Mulch as the surface layer of a bioretention or rain garden facility provides an initial step in stormwater runoff detention and treatment. In addition, mulch can prevent weeds and make maintenance more efficient. In this project, the Washington State University - Puyallup (WSU-P) will test the effectiveness of mulch types to reduce weeds, provide carbon, and retain moisture in bioretention facilities. WSU will use 16 bioretention cells located at the WSU-P Low Impact Development (LID) test facilities. The three types of mulch to be tested are: bark mulch (fir), shredded bark mulch (cedar), and arborist wood chips.
- Which mulch minimizes the need for costly maintenance for weeding?
- What is the capacity of each mulch to improve water retention and release carbon and nutrients?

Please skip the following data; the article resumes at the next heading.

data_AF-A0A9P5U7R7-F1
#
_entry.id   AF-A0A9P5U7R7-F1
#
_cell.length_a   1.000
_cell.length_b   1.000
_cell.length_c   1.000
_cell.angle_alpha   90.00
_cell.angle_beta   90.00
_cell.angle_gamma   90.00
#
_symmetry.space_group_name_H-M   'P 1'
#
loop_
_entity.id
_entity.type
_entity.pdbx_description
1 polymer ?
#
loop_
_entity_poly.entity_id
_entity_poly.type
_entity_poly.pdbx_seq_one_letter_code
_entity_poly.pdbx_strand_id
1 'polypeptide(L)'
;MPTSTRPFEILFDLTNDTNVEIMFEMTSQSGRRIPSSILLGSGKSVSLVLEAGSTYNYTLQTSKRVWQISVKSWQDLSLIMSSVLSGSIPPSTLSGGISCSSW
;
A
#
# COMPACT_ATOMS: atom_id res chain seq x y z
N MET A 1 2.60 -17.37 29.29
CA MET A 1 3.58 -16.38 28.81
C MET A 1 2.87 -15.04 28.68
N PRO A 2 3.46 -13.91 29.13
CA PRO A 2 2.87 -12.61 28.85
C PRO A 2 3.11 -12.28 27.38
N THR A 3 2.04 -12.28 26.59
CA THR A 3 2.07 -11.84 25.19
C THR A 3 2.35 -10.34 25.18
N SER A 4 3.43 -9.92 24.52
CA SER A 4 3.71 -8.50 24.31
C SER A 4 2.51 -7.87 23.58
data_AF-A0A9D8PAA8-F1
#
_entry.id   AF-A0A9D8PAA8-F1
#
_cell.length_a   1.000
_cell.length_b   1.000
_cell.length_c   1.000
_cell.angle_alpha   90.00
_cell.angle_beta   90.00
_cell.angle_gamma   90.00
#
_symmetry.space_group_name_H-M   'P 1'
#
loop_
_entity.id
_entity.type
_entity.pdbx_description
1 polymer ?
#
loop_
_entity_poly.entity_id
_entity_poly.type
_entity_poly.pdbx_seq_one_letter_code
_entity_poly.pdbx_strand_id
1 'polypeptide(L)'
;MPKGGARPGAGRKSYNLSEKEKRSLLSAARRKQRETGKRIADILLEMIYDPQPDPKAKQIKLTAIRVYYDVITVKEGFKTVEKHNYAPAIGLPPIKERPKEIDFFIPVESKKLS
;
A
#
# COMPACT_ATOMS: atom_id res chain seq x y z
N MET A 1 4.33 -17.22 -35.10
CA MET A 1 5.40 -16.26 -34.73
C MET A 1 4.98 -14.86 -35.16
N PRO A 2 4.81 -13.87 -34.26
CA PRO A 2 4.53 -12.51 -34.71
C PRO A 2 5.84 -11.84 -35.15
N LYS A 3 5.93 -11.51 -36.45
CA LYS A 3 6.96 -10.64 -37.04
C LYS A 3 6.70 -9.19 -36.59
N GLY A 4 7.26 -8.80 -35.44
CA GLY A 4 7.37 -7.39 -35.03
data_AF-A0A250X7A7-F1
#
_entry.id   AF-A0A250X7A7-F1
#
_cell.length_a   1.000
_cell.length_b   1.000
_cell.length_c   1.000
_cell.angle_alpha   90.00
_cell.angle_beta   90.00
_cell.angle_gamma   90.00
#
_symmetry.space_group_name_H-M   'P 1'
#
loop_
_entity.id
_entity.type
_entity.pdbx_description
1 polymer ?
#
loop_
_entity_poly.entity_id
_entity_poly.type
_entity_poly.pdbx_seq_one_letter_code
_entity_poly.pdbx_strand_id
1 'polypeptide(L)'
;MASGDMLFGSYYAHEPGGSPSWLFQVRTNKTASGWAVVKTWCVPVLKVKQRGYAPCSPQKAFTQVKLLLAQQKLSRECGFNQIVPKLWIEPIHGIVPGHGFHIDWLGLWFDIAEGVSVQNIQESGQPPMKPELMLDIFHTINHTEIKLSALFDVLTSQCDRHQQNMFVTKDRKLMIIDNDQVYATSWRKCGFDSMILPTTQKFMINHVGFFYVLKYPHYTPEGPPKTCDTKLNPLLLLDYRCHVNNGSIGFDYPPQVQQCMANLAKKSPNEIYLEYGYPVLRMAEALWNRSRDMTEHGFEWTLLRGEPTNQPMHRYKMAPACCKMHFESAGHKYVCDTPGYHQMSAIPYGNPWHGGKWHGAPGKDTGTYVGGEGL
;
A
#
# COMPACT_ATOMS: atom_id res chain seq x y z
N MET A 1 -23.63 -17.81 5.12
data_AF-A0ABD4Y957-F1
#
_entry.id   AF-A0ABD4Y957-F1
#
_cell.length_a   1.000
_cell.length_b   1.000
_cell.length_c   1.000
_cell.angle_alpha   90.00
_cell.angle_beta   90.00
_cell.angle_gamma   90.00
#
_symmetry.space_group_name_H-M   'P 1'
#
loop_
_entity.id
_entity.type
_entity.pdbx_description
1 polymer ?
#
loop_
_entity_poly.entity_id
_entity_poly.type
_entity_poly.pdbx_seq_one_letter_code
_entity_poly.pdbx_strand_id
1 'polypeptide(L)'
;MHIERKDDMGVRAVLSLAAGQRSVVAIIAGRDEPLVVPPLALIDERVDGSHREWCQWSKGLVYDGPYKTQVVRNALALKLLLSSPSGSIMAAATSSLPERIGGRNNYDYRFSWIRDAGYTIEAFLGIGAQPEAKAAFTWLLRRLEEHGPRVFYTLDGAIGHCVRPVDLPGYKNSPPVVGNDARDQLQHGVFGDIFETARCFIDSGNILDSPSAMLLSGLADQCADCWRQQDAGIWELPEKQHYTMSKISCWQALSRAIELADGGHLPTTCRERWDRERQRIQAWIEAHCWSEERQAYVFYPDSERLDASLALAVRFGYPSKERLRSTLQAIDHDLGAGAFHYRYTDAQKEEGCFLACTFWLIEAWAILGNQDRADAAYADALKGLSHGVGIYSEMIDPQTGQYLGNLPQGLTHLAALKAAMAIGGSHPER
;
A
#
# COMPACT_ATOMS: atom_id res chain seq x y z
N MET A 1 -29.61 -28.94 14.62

- While all three of these mulches are commonly available in Western Washington, are there any concerns with regard to maintenance and treatment?
This study is on-going until April 2022.
Project tasks and deliverables
Task 1: Project management
Task 2: Quality Assurance Project Plan (QAPP)
Task 3 Bioretention system preparation and instrumentation
Task 4 Quantifying maintenance effort and plant survival
- Deliverable 4.1 Memo on maintenance effort and draft findings
Task 5 Quantifying mulch effects on water quality and water quantity
- Deliverable 5.1 Draft analysis and presentation to TAC of water quality sampling effort and draft findings
- Deliverable 5.2 Revised analysis report for TAC
Task 6 Communication
- Deliverable 6.1 Draft report
- Deliverable 6.2 Final report with Excel spreadsheet of final QA reviewed data
- Deliverable 6.3 Two presentations: SWG and a regional conference or workshop
- Deliverable 6.4 Draft SAM Fact Sheet